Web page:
An increase in alcohol consumption during the lockdown period is evident for both males and females. A study released by the ANU in June 2020 showed that the main reason for increased drinking in both males (67.3%) and females (63.7%) was more time at home. However, increased stress was the second biggest driver for females (41.9%) and boredom for males (49%).

To understand any changes to drug use due to the pandemic, the Australians’ Drug Use: Adapting to Pandemic Threats (ADAPT) Study surveyed those who used illicit drugs on a monthly basis in 2019, and compared their previous use to use in the first few months of the pandemic. The responses were specific to drug type and did not seem to address whether access to specific drugs affected patterns of use:

  • • More than half (56%) of respondents reported an increase in cannabis use, while 15% reported a decrease.
  • • Around 2 in 5 (43%) reported an increase in alcohol consumption, one-third reported a decrease, and 1 in 4 said it was stable.
  • • Almost half of people who used MDMA reported a decrease in use; likewise for people who used cocaine (39%) and ketamine (42%).
  • • More than half who used pharmaceutical opioids, benzodiazepines and gamma-hydroxybutyric acid (GHB) reported that their use was stable (56%, 53% and 50%, respectively).
  • • Only 4% had accessed drug treatment, and 2% reported they had tried but were unable to access drug treatment, in the previous four weeks.

As part of its pandemic response package, the Australian Government provided funding to a range of services to provide online and telephone services for people affected by substance use. These services play an important role in counselling services and were even more essential when face-to-face counselling was limited during lockdowns.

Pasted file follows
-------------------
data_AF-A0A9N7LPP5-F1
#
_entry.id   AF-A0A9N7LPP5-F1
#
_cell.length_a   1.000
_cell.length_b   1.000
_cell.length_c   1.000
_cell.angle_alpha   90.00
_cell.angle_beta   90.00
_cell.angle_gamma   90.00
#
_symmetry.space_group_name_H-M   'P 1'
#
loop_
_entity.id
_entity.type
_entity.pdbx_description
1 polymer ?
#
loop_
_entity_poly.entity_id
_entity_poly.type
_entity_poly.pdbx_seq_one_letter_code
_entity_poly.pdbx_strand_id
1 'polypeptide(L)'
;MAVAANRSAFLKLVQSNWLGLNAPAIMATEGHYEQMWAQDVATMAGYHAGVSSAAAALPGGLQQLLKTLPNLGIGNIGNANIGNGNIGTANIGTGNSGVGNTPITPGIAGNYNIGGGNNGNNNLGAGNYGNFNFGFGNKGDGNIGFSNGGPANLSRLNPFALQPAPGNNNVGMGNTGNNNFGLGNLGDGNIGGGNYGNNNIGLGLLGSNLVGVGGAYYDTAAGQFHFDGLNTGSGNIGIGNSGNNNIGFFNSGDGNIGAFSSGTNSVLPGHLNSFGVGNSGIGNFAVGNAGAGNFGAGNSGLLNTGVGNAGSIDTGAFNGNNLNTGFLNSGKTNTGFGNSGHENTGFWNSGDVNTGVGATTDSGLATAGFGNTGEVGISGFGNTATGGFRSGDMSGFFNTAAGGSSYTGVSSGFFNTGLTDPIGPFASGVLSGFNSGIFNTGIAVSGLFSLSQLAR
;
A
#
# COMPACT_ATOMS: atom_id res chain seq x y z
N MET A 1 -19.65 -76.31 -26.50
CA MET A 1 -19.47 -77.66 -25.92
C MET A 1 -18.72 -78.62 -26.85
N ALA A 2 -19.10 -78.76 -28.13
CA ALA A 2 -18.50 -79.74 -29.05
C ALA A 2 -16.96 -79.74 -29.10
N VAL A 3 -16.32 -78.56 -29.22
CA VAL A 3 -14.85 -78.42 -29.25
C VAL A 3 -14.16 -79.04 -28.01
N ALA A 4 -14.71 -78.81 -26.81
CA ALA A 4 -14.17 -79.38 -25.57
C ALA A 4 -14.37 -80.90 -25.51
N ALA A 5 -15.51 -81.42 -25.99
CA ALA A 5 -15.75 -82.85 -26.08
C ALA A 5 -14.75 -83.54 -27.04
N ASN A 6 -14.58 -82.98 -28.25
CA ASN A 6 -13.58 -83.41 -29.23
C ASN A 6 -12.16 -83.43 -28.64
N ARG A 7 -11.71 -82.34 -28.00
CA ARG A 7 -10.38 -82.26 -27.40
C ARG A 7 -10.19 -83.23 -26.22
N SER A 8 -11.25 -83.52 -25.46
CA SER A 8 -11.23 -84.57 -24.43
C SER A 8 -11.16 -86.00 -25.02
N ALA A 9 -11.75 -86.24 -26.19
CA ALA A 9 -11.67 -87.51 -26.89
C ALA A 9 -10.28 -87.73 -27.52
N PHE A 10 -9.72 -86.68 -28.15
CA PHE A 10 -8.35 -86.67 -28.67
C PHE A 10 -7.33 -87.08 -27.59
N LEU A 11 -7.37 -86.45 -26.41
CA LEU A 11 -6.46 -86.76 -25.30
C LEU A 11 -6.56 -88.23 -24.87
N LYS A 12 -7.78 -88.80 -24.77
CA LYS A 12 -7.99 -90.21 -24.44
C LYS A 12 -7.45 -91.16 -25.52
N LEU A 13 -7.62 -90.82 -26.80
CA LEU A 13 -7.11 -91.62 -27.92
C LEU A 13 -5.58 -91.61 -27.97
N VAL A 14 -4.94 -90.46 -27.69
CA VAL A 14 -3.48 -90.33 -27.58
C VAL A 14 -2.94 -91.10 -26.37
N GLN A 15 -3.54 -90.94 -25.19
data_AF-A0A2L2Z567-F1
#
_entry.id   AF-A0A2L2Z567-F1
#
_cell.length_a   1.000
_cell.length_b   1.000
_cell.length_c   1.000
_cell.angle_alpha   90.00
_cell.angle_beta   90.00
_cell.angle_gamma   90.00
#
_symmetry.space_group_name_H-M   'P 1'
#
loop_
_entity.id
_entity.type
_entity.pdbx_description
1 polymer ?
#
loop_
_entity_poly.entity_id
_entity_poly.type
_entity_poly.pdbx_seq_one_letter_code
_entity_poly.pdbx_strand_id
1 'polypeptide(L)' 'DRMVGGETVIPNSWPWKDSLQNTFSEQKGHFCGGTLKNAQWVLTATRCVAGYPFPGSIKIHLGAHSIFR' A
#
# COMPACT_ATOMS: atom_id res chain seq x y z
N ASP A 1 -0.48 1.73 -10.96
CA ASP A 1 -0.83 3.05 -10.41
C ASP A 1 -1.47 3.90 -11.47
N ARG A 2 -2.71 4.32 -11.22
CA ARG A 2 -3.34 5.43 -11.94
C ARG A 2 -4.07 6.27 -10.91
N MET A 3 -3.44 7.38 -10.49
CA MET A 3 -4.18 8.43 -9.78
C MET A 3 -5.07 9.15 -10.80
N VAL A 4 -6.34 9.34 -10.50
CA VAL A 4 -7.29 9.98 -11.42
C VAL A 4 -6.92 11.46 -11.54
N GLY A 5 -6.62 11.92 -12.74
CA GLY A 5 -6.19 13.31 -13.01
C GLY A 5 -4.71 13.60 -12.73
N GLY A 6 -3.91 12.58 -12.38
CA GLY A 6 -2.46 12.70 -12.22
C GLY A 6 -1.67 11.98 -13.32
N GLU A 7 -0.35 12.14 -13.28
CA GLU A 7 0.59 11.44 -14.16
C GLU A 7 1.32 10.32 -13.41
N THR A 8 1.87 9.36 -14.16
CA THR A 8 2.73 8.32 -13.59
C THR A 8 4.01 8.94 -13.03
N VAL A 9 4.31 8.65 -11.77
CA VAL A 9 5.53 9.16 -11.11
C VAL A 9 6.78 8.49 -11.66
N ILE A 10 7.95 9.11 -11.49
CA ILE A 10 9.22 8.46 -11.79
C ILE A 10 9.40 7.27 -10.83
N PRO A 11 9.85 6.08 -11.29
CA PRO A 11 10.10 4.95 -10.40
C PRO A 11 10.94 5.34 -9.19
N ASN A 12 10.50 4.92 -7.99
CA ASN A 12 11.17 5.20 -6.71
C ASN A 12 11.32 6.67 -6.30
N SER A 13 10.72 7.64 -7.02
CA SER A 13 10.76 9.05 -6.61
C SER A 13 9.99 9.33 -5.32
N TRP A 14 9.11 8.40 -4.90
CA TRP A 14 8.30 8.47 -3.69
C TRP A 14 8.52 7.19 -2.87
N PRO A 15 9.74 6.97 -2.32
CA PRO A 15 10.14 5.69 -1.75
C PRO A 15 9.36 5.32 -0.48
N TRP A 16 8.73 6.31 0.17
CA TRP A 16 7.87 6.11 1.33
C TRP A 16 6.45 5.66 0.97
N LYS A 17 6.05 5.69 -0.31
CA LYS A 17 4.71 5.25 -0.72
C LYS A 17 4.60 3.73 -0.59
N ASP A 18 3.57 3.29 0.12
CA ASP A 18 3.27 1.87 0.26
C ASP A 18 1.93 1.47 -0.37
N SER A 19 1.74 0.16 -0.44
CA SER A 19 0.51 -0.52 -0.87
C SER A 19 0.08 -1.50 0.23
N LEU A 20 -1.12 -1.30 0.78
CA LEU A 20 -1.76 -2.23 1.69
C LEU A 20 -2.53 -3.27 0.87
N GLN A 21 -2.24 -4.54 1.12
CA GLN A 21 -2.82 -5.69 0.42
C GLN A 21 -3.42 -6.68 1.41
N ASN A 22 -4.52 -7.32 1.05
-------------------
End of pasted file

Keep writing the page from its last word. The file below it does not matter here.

Evidence on changes to gambling practices during the pandemic indicated some increased activity, especially among young men. The Gambling in Australia during COVID-19 survey collected information from more than 2,000 people who gambled. It indicated that the number of survey participants who gambled four or more times a week increased from 23% to 32% during June–July 2020. The biggest spike in frequency and monthly gambling spend was seen in young men aged 18–34 years, increasing from a median of $687 to $1,075. This group was also most likely to sign up for new online gambling accounts, making up 79% of new account holders.

Suicide and suicidal behaviours

Despite concern about a possible increase in suicides due to increased risk factors related to COVID-19, available data suggests that, as of September 2020, there has not been an increase in suicide deaths.

A significant increase since COVID-19 in the use of mental health services and an increase in psychological distress reported, particularly among young people, is evident from data from the new National Suicide and Self-harm Monitoring System (see Section 1, Chapter 2).

In the recent State of the nation report by Suicide Prevention Australia, people were asked to nominate what they thought would be the greatest risk to suicide rates over the next 12 months. Social isolation and unemployment were seen as the highest risk. The report provides insight from suicide prevention support providers on the current situation in the sector. Nearly 80% of respondents said they had seen an increase in demand across all support services in the past 12 months. Many services reported a shift to online services during the COVID-19 restrictions, which increased the reach of online platforms.